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Mac Eng alumni prepare students to go from backpack to briefcaseJanuary 23, 2023

On January 18, Mac Eng alumni gathered to share career advice with students.

Students had the opportunity to expand their network and gain valuable knowledge from over 65 Mac Eng alumni at the recent Backpack to Briefcase event hosted by Engineering Alumni Relations. Alumni mentors shared their guidance and insights into life in engineering after McMaster.  


Alumni mentors represented a variety of fields  including technology, automation, construction, infrastructure, civil, manufacturing, energy and environment, government, education, incubators and consulting and professional services. 

The event kicked off with opening remarks from Dean Heather Sheardown: 

“Our students really haven’t changed since your day,” Dean Sheardown shared with the alumni, "They're still bright, they’re still creative, they still have lots of energy and they’re always willing to talk about their passions inside and outside the classroom. I’m always blown away by the new ideas and fresh perspectives that they bring to every conversation.” 



A few mentors shared what advice they would give to graduating Mac Eng students. Here’s what they said: 


“Fail Fast, try stuff. If it doesn’t work, try something else. Especially now that you’re young, you have a lot less responsibilities than you will when your 40 or 50. So it’s a lot easier to take greater risks, so go for it!” 

- Nick Romano, BENGM '94 (Mechanical Engineering)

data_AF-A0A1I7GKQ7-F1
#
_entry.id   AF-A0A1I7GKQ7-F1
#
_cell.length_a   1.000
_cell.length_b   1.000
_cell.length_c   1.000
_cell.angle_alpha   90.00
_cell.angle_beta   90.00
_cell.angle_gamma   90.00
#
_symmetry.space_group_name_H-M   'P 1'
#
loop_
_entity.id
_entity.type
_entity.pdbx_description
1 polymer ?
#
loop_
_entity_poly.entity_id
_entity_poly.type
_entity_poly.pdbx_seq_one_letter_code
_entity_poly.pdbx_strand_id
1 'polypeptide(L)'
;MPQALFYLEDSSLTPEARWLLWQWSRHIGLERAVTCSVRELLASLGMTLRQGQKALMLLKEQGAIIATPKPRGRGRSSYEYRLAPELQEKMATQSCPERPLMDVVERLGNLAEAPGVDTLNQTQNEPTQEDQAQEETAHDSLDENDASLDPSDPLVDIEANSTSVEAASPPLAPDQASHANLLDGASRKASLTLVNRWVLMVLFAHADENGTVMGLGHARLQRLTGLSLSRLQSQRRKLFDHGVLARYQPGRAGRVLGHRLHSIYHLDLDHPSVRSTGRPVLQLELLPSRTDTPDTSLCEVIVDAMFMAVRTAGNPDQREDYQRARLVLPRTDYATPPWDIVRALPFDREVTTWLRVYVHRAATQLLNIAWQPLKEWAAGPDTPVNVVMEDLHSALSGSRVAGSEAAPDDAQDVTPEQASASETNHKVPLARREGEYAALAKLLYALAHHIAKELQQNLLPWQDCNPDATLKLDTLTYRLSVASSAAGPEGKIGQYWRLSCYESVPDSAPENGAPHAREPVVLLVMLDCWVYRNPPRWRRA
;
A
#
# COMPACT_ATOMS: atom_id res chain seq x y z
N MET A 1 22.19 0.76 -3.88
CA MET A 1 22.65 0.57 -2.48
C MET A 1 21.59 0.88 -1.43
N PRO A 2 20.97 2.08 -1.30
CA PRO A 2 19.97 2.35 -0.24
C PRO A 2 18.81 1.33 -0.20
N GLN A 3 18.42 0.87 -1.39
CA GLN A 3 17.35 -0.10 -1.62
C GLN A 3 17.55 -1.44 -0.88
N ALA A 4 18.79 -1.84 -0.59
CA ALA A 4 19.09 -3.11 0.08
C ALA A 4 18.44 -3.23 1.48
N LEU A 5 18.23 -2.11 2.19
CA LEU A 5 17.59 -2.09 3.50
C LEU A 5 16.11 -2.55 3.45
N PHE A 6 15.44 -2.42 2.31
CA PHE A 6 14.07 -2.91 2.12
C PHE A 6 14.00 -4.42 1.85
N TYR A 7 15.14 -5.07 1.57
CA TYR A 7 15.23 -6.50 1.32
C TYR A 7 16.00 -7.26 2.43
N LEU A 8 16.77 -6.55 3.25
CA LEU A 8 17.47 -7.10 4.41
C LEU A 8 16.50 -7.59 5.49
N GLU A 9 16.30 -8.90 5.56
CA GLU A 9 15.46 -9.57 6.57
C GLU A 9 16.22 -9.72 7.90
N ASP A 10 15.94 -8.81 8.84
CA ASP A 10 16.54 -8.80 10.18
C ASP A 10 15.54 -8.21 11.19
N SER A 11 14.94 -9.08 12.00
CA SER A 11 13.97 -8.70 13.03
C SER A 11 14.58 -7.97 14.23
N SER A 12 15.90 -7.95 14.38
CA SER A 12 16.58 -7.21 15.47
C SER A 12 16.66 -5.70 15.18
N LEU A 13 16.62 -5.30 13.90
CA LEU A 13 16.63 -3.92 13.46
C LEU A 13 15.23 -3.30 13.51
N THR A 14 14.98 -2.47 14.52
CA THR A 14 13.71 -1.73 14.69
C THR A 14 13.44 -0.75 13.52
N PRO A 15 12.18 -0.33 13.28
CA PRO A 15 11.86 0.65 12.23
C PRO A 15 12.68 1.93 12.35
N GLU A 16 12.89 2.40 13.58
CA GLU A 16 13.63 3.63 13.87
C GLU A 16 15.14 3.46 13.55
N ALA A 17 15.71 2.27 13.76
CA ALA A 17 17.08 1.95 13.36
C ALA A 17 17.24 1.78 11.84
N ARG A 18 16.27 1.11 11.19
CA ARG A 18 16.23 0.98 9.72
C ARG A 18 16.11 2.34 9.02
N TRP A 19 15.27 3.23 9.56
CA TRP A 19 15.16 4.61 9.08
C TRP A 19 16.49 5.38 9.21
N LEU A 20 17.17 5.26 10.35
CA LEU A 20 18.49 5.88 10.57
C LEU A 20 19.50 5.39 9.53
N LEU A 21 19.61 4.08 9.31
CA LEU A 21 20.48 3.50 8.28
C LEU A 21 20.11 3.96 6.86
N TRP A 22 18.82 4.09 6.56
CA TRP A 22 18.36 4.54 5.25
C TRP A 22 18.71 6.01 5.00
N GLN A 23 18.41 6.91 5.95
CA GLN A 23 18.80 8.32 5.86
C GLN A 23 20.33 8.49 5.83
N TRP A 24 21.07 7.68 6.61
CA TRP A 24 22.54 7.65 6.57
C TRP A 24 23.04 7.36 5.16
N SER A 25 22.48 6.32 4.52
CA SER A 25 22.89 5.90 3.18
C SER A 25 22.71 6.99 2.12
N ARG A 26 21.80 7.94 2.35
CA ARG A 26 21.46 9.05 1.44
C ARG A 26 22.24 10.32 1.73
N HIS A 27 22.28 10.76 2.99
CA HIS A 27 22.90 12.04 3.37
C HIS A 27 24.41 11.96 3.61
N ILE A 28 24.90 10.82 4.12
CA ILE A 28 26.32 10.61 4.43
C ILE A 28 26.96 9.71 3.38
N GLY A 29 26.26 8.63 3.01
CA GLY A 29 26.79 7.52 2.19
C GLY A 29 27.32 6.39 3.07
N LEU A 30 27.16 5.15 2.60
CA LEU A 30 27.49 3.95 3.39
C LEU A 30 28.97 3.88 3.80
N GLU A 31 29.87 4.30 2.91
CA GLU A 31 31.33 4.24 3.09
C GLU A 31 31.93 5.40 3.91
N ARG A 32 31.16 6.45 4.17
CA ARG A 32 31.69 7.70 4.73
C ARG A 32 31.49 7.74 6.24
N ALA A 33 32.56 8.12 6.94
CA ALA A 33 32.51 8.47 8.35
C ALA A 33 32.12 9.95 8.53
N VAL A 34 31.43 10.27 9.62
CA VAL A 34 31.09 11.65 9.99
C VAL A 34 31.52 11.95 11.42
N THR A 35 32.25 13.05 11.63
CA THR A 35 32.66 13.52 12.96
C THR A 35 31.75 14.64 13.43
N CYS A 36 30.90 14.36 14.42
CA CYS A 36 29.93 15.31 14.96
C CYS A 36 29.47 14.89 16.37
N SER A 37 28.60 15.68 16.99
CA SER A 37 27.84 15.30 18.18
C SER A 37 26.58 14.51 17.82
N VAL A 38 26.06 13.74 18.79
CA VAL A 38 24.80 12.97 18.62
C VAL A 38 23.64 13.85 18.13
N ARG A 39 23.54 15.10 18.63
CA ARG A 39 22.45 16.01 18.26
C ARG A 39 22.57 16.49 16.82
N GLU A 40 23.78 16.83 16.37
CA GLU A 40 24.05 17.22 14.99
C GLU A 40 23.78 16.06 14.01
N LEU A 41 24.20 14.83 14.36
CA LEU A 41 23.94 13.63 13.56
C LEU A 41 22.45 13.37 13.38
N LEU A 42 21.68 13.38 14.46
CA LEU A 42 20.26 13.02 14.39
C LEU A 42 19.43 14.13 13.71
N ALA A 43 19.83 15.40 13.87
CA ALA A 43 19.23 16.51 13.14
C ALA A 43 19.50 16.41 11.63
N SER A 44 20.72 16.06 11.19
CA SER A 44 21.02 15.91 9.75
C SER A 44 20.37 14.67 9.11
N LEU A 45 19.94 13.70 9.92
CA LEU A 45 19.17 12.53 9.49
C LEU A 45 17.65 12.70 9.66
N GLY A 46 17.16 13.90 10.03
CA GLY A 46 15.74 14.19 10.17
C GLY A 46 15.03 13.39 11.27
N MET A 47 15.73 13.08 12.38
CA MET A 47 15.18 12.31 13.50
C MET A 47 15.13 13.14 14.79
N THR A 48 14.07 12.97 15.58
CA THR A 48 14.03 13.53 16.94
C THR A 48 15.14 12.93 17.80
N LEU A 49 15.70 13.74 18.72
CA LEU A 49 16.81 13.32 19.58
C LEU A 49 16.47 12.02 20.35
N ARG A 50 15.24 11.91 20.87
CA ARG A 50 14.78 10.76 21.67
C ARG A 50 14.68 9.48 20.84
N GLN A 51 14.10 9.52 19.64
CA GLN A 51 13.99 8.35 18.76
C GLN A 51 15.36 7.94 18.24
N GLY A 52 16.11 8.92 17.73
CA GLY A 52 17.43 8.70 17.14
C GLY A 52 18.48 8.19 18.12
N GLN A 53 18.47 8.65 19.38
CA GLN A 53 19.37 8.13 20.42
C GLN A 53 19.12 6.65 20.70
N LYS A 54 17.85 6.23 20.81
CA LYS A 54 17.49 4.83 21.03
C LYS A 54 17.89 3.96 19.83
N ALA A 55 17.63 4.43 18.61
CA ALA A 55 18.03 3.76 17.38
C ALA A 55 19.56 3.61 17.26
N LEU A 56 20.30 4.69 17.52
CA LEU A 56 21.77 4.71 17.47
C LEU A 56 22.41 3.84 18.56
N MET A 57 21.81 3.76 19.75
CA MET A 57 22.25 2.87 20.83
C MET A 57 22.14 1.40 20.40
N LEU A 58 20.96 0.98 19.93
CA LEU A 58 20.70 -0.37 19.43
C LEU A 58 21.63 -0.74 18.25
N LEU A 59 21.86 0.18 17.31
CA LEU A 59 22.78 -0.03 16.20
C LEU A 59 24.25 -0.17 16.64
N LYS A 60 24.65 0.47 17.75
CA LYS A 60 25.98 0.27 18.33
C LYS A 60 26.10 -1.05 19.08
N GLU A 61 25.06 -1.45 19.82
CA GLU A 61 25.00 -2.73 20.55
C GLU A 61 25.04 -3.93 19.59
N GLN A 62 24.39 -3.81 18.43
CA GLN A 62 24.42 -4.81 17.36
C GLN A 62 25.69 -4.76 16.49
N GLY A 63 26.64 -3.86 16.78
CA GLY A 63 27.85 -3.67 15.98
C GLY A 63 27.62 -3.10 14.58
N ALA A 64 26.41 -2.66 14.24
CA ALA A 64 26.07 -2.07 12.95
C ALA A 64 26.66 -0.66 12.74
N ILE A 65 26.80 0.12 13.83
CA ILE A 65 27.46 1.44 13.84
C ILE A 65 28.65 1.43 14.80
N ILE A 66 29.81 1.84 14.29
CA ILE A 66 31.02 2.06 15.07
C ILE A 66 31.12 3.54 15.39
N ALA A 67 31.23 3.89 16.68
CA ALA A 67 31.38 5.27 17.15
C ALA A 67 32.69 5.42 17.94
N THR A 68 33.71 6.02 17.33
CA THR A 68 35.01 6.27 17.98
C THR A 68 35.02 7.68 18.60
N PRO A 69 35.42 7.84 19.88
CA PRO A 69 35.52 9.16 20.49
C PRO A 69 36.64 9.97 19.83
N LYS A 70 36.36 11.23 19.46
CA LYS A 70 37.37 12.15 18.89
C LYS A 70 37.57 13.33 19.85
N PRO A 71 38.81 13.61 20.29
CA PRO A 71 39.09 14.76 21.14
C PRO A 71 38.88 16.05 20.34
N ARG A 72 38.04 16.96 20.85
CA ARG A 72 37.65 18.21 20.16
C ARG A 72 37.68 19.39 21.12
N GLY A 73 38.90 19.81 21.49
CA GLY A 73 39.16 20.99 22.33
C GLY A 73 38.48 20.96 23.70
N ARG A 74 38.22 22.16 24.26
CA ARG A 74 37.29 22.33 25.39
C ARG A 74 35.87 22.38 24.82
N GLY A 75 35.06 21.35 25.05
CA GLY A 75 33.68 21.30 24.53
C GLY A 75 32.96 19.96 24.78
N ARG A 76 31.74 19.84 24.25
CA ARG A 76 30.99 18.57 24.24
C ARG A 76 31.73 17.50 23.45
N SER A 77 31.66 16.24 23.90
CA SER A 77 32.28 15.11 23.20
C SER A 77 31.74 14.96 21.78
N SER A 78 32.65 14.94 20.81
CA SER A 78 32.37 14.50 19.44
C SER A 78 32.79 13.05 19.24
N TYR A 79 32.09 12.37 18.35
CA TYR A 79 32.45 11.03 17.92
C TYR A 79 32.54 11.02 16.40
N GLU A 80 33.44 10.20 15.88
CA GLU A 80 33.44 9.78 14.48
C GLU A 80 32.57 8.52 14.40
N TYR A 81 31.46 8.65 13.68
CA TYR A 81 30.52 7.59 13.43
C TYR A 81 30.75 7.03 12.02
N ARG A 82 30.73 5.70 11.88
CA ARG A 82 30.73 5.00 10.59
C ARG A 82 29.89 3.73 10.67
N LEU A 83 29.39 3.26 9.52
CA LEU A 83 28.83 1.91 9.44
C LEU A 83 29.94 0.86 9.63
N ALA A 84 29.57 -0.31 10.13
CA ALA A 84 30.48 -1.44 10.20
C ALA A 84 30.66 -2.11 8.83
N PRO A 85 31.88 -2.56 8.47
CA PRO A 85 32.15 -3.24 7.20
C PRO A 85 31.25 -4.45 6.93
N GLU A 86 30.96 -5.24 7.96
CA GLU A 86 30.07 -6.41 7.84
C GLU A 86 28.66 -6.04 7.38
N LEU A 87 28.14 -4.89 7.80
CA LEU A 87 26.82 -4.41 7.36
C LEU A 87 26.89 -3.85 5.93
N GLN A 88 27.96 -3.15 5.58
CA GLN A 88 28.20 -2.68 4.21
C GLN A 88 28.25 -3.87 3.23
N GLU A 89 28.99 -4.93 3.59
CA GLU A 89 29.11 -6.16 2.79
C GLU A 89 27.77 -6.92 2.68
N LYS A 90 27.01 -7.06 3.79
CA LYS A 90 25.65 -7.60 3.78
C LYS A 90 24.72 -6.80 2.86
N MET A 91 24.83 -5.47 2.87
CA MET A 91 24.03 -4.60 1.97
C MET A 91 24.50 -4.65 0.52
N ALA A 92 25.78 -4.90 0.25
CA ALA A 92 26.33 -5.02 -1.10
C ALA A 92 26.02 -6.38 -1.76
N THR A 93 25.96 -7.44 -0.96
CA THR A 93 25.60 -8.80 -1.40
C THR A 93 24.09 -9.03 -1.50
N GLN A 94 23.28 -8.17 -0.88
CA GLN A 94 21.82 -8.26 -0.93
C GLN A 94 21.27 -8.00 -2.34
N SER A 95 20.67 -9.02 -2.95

CEO & Cofounder, Deeplite 

“Don’t be afraid to try something new – There’s nothing wrong with going out and trying something and saying after a few years, this isn’t my path, let’s try something else, and succeed and flourish years later.” 

- Iris Gregoriou, BENGM '97 (Chemical Engineering) 
Sr. Director, Business Services Implementation , Loblaw Companies Limited

“When looking for what to do after graduating, shoot for the stars! If you don’t think you can do it, just apply anyway. If it’s a job at a big tech company that seems like you can never work there, go for it! The beginning of your career is the best time to take those risks, you have no attachments.” 

- Aya Aboughanem, BENGM ’22 (Electrical Engineering) 
Network Performance Specialist, Bell Canada 

“Your first mentor is your professor, your dean. Connect with them. Do not put a silo between you and your professor as a student. They are your first gate to the outside world.” 

- Bassem Masri, BENG’93 (Electrical Engineering)         
Director Technical Solutions, Canada Life

“Take everything in. It doesn’t matter what small piece of knowledge you know , you never know when it can come back to the table . I did civil [engineering], but it doesn’t mean I didn’t learn different things about different disciplines. Being able to sit in a meeting and  understand what are other people are talking about is definitely a big skill [in any interdiscplinary setting].” 

- Kerianne Hagan, BENGS '20 (Civil Engineering)
Transportation Planning EIT, C.F. Crozier & Associates